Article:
Were dinosaurs warm-blooded or cold-blooded? One team is scientists looked to growth rates to try and tell:
Annual growth rings in fossils were used to determine growth rates, while metabolic rates were estimated by using changes in body size as an animal grows from birth to adult (known as ontogenetic growth).
“We found that growth rate is a good indicator of energy use in living animals. Warm-blooded (endothermic) mammals grow 10 times faster than cold-blooded (ectothermic) reptiles, and metabolise 10 times faster; in general doubling one’s metabolic rate leads to a doubling in growth rate,” Grady explains.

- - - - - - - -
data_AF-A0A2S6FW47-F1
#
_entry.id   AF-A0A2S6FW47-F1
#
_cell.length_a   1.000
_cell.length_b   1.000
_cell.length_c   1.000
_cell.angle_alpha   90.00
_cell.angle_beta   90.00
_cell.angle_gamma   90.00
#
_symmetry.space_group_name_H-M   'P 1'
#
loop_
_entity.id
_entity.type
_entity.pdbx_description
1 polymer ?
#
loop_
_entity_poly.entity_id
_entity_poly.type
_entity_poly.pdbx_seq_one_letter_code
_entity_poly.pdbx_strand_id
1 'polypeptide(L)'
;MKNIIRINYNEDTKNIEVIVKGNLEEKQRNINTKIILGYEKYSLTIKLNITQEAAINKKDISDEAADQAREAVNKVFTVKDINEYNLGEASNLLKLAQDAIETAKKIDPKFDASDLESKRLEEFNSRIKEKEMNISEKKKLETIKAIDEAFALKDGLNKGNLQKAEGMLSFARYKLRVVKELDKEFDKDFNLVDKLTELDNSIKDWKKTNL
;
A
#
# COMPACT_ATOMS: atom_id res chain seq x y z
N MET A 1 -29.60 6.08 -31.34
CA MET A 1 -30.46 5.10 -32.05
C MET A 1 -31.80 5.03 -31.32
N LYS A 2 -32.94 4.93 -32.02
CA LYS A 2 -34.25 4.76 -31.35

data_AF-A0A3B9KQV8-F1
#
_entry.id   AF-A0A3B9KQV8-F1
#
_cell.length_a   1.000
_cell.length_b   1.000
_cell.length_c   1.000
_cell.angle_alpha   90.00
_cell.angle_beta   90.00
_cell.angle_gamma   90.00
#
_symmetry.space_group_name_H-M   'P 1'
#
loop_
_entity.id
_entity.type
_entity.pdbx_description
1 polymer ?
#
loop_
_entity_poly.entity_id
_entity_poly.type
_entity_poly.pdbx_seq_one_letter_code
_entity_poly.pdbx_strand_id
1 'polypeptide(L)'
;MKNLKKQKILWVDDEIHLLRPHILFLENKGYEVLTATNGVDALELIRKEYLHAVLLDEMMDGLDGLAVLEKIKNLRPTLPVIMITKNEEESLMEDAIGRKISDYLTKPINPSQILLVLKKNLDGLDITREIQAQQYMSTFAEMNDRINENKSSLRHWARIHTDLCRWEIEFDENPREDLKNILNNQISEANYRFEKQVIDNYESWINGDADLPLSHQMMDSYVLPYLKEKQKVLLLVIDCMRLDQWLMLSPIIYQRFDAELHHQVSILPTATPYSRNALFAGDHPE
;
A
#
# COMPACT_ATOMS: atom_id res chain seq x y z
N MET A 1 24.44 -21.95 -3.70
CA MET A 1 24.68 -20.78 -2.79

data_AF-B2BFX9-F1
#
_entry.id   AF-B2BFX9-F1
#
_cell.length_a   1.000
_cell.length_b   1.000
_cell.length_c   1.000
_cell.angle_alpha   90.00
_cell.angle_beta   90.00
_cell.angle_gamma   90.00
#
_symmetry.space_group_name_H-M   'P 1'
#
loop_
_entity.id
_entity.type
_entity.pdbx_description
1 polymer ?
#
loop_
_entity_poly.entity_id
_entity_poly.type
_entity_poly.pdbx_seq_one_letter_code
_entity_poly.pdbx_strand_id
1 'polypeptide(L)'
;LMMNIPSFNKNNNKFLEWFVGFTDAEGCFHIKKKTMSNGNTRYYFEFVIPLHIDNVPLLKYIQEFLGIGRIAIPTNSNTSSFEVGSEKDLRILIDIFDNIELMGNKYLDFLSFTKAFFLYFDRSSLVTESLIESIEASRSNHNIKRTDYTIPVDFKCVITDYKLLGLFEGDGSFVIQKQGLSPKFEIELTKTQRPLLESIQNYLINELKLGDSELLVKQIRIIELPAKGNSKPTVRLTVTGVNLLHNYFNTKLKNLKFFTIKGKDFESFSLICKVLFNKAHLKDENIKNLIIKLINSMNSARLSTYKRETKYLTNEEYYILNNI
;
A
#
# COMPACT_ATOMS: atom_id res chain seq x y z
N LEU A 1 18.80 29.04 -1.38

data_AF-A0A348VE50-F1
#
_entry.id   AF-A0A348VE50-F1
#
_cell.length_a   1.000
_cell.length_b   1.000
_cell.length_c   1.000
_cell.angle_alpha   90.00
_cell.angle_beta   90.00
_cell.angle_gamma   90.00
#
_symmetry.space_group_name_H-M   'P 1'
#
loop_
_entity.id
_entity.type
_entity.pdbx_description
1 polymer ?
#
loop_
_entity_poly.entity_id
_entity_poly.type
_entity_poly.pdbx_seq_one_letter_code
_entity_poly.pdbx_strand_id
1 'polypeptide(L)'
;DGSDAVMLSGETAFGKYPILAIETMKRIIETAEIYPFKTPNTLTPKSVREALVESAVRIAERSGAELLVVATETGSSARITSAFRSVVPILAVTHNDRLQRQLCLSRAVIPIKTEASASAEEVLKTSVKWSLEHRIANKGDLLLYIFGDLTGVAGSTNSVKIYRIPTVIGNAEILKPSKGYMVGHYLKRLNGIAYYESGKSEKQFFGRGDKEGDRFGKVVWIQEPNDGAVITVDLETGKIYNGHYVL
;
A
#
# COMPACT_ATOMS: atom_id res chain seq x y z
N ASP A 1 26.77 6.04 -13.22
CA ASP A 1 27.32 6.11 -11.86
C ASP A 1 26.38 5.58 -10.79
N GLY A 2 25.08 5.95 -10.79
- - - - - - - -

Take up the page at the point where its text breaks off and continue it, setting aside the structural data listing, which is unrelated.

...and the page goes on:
However, when they examined the growth rates of dinosaurs, although there was some variation in the rate they grew, they had neither the high metabolic rate of mammals and birds, nor the low metabolic rate of reptiles.
“Surprisingly we found that, instead, they occupied the middle energetic ground.”
Now, more than ever, I want a time machine.